The predeterminable states or events include, for example, specific data, addresses or control signals being transferred or stored within or outside the program-controlled unit.

The predeterminable reactions to the occurrence of such or other states or events include, for example, the stopping of the program-controlled unit, the read-out and/or the alteration of the contents of registers or internal or external memories, and/or the recording and evaluation of profiles of data, addresses, signals of interest, and/or register and memory contents, which occur beforehand and/or afterward.

As is known, program-controlled units used in mass products, which are referred to below as mass production versions of the program-controlled unit for the sake of simplicity, cannot be emulated. That is because in those units there is only in part a possibility of access to the data, addresses, signals, registers and memories of interest, and because those units do not have the possibility of monitoring the occurrence of the states and events of interest in real time.

Therefore, special versions in particular of more complex program-controlled units, which are able to do this, are produced. Those special versions of the program-controlled units are referred to below as emulation versions of the program-controlled unit.

FIG. 1A shows a basic structure of the mass production version of a program-controlled unit, and FIG. 1B shows a structure of an emulation version of a program-controlled unit. These figures are described in greater detail below. It thus becomes clear that it is occasionally not possible or possible only with an enormous outlay to localize and eliminate unexpectedly occurring errors.

SUMMARY OF THE INVENTION

It is accordingly an object of the invention to provide a program-controlled unit, which overcomes the hereinaforementioned disadvantages of the heretofore-known devices of this general type, in which errors that occur can be localized and eliminated with a low outlay and which is not more expensive or is only slightly more expensive than a mass production version of a conventional program-controlled unit.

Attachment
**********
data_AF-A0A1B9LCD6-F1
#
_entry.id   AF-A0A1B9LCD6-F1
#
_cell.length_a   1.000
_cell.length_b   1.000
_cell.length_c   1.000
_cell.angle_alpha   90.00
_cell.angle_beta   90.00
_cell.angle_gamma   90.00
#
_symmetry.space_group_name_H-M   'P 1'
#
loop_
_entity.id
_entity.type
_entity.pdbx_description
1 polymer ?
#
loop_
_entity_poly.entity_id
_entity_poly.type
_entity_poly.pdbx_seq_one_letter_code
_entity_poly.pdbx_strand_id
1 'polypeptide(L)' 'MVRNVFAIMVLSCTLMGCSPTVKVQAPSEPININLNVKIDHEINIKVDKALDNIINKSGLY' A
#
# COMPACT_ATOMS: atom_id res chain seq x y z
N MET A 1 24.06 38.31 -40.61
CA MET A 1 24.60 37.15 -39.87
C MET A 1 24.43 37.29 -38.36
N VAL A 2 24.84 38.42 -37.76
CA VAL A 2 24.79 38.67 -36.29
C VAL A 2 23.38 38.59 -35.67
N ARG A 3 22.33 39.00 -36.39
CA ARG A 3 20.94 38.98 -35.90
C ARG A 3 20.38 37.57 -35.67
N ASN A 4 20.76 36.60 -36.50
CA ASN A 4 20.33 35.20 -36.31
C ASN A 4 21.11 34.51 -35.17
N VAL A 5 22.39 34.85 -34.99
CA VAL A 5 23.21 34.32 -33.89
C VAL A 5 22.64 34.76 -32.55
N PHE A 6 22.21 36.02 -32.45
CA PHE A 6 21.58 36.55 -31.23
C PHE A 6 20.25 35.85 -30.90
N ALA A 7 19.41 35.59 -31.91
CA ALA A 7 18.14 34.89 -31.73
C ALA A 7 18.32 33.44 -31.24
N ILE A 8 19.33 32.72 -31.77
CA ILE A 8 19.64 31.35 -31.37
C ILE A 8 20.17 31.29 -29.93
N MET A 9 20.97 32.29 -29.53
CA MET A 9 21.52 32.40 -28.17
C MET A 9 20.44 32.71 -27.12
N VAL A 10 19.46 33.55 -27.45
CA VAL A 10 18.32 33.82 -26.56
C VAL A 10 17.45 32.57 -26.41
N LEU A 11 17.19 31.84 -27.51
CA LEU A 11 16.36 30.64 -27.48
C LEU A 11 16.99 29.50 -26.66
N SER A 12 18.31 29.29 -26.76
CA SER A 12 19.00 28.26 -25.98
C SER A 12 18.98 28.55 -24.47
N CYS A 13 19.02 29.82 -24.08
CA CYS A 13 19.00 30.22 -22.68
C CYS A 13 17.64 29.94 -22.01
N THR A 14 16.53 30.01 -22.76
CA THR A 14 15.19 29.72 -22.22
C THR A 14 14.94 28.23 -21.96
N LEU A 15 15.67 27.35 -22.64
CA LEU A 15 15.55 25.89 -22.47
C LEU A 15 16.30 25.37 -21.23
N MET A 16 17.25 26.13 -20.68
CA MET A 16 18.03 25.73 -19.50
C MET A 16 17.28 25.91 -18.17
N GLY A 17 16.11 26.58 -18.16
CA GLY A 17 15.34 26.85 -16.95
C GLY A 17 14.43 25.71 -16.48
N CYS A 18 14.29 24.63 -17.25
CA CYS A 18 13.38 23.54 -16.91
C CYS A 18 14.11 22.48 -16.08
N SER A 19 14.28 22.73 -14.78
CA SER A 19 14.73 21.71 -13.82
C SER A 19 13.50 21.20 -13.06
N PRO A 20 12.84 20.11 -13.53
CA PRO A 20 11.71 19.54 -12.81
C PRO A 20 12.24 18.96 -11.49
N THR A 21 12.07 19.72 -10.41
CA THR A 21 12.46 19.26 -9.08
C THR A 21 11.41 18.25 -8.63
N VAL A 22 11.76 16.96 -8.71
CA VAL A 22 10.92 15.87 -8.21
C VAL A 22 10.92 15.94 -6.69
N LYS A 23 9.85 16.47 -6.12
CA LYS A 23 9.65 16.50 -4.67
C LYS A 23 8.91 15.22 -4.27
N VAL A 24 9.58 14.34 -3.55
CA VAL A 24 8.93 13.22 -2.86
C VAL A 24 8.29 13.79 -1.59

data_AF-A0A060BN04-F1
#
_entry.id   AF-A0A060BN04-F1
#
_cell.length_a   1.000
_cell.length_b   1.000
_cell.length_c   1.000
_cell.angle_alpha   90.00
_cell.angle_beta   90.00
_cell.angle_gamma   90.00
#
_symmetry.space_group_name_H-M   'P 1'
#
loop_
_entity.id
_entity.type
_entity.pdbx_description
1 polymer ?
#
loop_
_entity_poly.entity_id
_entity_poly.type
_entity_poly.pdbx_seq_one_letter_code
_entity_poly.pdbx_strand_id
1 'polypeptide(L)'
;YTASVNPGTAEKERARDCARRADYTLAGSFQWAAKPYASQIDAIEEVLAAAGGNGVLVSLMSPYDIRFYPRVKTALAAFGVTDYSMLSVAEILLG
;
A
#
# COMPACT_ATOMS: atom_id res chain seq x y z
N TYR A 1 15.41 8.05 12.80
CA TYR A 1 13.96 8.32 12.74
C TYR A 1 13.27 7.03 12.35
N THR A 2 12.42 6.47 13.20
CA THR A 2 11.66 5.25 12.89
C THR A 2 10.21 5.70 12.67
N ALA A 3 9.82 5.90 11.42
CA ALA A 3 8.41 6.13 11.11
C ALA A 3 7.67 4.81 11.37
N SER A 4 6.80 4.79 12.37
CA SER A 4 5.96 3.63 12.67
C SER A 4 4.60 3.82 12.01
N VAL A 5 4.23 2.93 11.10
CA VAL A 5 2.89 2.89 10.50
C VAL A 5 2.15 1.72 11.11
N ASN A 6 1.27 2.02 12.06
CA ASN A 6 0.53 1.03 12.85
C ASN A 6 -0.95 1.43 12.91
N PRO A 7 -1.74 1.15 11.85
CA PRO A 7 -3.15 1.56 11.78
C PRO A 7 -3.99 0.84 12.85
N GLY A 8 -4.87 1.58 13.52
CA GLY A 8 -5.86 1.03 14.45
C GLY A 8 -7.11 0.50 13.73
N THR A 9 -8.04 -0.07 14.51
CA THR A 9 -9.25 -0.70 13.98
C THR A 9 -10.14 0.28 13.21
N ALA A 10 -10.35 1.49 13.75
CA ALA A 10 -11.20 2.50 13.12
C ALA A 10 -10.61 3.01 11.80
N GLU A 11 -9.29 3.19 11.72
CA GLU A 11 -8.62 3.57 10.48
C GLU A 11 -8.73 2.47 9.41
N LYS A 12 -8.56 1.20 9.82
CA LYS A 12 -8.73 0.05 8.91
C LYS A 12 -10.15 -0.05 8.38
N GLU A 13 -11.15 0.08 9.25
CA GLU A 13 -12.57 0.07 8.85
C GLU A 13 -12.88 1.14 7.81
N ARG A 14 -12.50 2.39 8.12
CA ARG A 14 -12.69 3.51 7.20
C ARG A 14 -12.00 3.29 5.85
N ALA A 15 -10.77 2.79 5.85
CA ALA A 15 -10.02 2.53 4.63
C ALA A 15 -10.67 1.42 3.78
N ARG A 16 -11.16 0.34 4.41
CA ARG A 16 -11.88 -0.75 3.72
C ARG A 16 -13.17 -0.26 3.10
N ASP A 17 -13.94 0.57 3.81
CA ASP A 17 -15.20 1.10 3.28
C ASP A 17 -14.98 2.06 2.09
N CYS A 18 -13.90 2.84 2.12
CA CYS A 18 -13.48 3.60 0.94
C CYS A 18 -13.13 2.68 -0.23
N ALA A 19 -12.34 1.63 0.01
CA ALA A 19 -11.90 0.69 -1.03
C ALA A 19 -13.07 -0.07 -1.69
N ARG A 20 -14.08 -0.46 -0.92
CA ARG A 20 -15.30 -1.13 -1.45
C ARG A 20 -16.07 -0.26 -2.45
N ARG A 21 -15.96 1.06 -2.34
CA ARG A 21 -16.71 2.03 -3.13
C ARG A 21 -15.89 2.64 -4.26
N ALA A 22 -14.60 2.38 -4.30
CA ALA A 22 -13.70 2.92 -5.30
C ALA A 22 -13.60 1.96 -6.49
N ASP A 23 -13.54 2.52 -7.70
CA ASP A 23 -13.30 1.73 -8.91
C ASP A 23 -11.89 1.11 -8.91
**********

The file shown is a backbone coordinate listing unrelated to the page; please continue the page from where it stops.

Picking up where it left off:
With the objects of the invention in view, there is also provided a program-controlled unit, comprising a first emulation unit and a second emulation unit. A selection device connected to the first and second emulation units determines which of the first and second emulation units is to be used for emulating the program-controlled unit.

This selection device makes it possible to provide a first emulation unit in the mass production version of the program-controlled unit, and to provide a further (second) emulation unit in the emulation version of the program-controlled unit. It also makes it possible to allow the control unit which controls the emulation to select the emulation unit which is to be used to effect emulation of the program-controlled unit.

As a result, it is also possible to emulate the mass production version of the program-controlled unit.

Since there is still a fully emulatable version of the program-controlled unit, there is no need for the first emulation unit provided in the mass production version to have to be able to perform everything that one or more emulation units of the emulation version have to be able to perform. In other words, the first emulation unit can be an emulation unit having limited functionality and/or limited performance. Such an emulation unit makes the mass production version of the program-controlled unit hardly any more expensive and nevertheless affords the possibility of emulating the mass production version to a certain extent.